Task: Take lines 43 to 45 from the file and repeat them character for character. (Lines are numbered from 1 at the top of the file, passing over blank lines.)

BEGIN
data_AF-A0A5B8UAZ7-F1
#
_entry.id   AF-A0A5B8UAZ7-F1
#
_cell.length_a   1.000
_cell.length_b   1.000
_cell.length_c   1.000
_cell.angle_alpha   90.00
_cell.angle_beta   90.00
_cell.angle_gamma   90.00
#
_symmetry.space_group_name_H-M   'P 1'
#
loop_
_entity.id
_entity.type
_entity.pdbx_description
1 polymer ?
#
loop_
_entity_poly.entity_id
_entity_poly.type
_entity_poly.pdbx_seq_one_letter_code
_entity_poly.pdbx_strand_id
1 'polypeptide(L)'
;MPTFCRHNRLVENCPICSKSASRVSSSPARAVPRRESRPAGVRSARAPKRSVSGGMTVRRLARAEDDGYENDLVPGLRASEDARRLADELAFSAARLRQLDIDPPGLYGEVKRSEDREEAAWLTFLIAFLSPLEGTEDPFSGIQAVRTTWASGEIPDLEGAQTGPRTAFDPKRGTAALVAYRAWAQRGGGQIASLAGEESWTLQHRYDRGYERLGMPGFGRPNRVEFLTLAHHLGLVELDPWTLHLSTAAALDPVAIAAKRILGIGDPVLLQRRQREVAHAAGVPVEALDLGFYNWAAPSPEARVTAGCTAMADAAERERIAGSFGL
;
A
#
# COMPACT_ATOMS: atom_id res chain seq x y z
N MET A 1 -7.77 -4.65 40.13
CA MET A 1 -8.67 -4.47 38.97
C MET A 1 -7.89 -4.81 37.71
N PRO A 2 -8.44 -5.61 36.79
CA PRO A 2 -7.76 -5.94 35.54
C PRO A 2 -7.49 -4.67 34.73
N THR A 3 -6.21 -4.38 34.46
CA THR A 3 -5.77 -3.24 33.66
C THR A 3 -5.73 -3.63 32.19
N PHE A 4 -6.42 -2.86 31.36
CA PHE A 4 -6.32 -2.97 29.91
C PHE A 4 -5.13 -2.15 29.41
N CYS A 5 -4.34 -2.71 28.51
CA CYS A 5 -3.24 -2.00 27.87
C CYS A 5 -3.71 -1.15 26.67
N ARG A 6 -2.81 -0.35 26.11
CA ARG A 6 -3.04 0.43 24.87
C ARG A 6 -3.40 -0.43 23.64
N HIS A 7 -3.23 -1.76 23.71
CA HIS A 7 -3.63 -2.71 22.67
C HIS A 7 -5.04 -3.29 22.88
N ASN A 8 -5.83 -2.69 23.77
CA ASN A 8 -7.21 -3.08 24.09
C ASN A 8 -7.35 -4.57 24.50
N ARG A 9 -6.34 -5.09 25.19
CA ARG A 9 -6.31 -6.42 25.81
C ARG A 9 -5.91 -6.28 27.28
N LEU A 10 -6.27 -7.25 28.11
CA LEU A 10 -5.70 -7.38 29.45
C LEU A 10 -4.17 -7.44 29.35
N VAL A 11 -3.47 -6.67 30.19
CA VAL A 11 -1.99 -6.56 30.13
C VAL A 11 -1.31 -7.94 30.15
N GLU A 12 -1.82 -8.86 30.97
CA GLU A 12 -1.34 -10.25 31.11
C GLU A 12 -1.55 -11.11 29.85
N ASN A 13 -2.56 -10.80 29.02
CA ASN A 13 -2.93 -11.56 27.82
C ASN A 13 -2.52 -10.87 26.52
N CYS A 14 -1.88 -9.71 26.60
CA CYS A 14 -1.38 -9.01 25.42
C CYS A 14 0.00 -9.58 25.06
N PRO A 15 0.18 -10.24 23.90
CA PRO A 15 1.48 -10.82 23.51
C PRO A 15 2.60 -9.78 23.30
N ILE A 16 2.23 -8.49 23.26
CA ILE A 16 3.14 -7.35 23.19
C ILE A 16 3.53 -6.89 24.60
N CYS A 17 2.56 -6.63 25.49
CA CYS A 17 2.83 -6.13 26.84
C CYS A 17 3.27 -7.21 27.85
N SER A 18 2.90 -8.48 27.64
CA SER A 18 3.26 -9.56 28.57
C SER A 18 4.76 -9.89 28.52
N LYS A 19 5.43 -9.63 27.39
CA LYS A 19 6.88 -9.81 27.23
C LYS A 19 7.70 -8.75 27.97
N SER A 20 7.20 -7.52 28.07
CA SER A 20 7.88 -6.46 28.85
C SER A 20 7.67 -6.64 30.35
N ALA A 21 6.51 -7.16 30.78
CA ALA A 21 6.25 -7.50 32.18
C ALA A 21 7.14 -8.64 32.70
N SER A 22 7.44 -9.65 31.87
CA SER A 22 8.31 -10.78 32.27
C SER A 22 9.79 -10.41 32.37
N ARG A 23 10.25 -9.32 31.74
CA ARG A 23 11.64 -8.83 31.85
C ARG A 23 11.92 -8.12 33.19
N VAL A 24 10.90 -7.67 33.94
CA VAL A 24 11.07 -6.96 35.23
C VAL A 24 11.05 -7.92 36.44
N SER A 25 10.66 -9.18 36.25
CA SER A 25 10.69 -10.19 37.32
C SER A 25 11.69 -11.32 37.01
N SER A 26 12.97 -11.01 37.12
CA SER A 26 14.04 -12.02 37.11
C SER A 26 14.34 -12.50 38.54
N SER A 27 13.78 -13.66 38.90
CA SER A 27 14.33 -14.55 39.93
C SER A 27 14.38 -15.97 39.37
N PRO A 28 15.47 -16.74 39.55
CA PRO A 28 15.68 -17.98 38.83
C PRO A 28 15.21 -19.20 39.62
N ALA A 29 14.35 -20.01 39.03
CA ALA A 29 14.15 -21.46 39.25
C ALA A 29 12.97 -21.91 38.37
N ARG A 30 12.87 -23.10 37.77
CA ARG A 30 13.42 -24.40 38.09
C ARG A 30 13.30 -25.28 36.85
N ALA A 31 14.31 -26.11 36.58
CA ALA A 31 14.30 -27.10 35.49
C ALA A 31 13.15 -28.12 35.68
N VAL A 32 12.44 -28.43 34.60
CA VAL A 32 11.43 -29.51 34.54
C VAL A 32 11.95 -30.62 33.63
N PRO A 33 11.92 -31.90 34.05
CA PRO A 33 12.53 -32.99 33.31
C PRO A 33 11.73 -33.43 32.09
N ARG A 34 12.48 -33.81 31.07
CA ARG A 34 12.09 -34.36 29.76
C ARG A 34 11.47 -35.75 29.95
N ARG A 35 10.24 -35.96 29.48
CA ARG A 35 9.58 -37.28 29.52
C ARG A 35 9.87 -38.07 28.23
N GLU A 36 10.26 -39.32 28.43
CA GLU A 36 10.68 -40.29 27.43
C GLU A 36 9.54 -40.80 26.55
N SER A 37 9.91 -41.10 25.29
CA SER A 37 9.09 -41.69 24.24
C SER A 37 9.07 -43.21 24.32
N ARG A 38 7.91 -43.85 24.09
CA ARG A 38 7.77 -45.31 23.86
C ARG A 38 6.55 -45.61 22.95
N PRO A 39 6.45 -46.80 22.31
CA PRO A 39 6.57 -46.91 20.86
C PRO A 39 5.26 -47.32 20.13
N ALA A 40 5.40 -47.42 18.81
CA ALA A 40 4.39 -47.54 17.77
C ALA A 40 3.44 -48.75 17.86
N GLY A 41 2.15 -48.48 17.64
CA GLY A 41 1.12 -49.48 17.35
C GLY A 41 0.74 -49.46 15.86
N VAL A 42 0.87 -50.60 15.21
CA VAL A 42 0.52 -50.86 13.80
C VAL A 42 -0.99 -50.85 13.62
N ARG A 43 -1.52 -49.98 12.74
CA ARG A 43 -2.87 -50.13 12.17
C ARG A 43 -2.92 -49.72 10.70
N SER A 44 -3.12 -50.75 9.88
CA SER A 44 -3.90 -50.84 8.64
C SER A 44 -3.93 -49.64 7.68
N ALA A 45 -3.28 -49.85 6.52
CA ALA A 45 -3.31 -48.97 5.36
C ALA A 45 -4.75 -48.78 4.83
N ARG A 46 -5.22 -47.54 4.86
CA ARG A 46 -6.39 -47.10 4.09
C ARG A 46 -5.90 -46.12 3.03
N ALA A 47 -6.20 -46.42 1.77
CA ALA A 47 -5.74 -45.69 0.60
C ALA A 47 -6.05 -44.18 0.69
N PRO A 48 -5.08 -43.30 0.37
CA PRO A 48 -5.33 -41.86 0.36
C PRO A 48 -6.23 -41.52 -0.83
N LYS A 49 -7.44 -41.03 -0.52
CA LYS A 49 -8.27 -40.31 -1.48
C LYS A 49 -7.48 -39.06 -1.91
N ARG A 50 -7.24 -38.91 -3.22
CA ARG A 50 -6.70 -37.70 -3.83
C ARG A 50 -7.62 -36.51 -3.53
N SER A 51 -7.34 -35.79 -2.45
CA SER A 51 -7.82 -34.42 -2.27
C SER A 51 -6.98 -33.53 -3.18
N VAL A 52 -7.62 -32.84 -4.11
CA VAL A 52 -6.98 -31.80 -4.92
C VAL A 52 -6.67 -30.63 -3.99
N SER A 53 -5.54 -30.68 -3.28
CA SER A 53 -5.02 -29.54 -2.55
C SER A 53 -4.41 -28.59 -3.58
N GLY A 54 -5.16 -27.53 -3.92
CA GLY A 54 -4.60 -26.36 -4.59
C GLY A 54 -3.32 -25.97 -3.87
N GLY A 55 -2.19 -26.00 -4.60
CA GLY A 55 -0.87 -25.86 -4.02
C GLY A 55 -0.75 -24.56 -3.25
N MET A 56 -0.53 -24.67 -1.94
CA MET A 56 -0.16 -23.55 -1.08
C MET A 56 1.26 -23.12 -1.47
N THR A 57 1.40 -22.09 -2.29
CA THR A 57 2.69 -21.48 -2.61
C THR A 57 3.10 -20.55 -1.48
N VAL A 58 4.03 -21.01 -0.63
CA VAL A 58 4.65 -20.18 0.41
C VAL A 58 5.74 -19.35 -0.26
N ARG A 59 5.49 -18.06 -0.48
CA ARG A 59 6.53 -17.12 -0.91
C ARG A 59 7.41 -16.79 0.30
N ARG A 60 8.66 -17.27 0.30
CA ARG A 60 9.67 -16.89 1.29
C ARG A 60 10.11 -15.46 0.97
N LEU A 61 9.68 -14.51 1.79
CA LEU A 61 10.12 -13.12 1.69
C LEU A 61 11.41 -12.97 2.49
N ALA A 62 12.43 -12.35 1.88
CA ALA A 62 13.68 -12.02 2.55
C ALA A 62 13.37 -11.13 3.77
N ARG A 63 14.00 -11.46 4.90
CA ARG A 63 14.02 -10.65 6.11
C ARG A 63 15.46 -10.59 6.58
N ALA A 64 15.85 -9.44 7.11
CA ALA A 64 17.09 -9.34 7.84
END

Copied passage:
N CYS A 5 -4.34 -2.71 28.51
CA CYS A 5 -3.24 -2.00 27.87
C CYS A 5 -3.71 -1.15 26.67